initiatives have already saved taxpayers $63 billion. The age 
of the $500 hammer and the ashtray you can break on David 
Letterman is gone. Deadwood programs like mohair subsidies are 
gone. We have streamlined the Agriculture Department by 
reducing it by more than 1,200 offices. We have slashed the 
small business loan form from an inch thick to a single page. 
We have thrown away the government's 10,000-page personnel 
manual. And the government is working better in important ways. 
FEMA, the Federal Emergency Management Agency, has gone from 
being a disaster to helping people in disasters.
    You can ask the farmers in the Middle West who fought the 
flood there or the people in California who dealt with floods 
and earthquakes and fires, and they will tell you that.
    Government workers working hand in hand with private 
business rebuilt Southern California's fractured freeways in 
record time and under budget. And because the Federal 
Government moved fast, all but one of the 5,600 schools damaged 
in the earthquake are back in business.
    Now, there are a lot of other things that I could talk 
about. I want to just mention one, because it will be discussed 
here in the next few weeks. The university administrators all 
across the country have told me that they are saving weeks and 
weeks of bureaucratic time now because of our Direct College 
Loan Program, which makes college loans cheaper and more 
affordable with better repayment terms for students, costs the 
government less, and cuts out paperwork and bureaucracy for the 
government and for the universities. We shouldn't cap that 
program. We should give every college in America the 
opportunity to be a part of it.
    Previous government programs gathered dust. The reinventing 
government report is getting results. And we are not through. 
There is going to be a second round of reinventing government. 
We propose to cut $130 billion in spending by shrinking 
departments, extending our freeze on domestic spending, cutting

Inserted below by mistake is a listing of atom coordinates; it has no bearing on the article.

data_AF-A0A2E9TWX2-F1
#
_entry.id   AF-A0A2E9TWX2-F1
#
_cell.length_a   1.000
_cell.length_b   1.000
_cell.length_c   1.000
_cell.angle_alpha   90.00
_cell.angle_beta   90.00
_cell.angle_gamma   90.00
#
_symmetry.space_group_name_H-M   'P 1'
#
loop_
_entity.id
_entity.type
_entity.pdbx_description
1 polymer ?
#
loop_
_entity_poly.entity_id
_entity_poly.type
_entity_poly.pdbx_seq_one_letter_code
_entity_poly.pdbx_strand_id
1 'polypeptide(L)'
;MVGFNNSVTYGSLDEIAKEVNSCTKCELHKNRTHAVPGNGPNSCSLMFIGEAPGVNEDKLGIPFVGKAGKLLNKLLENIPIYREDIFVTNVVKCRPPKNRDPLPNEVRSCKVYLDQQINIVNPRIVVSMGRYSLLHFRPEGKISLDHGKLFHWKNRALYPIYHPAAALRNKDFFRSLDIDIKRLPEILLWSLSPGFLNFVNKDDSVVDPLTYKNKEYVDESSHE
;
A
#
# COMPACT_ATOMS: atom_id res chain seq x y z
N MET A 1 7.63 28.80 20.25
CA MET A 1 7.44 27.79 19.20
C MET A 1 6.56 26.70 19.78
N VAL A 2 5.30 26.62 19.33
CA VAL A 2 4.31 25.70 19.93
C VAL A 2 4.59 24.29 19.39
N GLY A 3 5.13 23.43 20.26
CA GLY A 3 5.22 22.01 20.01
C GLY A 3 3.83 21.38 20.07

60 public housing programs down to 3, and getting rid of over 
100 programs we do not need, like the Interstate Commerce 
Commission and the Helium Reserve Program.
    And we are working on getting rid of unnecessary 
regulations and making them more sensible. The programs and 
regulations that have outlived their usefulness should go. We 
have to cut yesterday's government to help solve tomorrow's 
problems, and we need to get government closer to the people it 
is meant to serve. We need to help move programs down to the 
point where states and communities and private citizens in the 
private sector can do a better job. If they can do it, we ought 
to let them do it. We should get out of the way and let them do 
what they can do better.
    Taking power away from Federal bureaucracies and giving it 
back to communities and individuals is something everyone 
should be able to be for. It is time for Congress to stop 
passing on to the states the cost of decisions we make here in 
Washington.
    I know there are still serious differences over the details 
of the unfunded mandates legislation, but I want to work with 
you to make sure we pass a reasonable bill which will protect 
the national interests and give justified relief where we need 
to give it.
    For years Congress concealed in the budget scores of pet 
spending projects. Last year was no different. There was $1 
million to study stress in plants, and $12 million for a tick 
removal program that didn't work. It is hard to remove ticks. 
Those of us who have them know. But I will tell you something, 
if you will give me the line item veto, I will remove some of 
that unnecessary spending. But I think we should all remember, 
and almost all of us would agree, that government still has 
important responsibilities. Our young people, we should think 
of this when we cut, our young people hold our future in their 
hands, we still owe a debt to our veterans, and our senior 
citizens have made us what we are.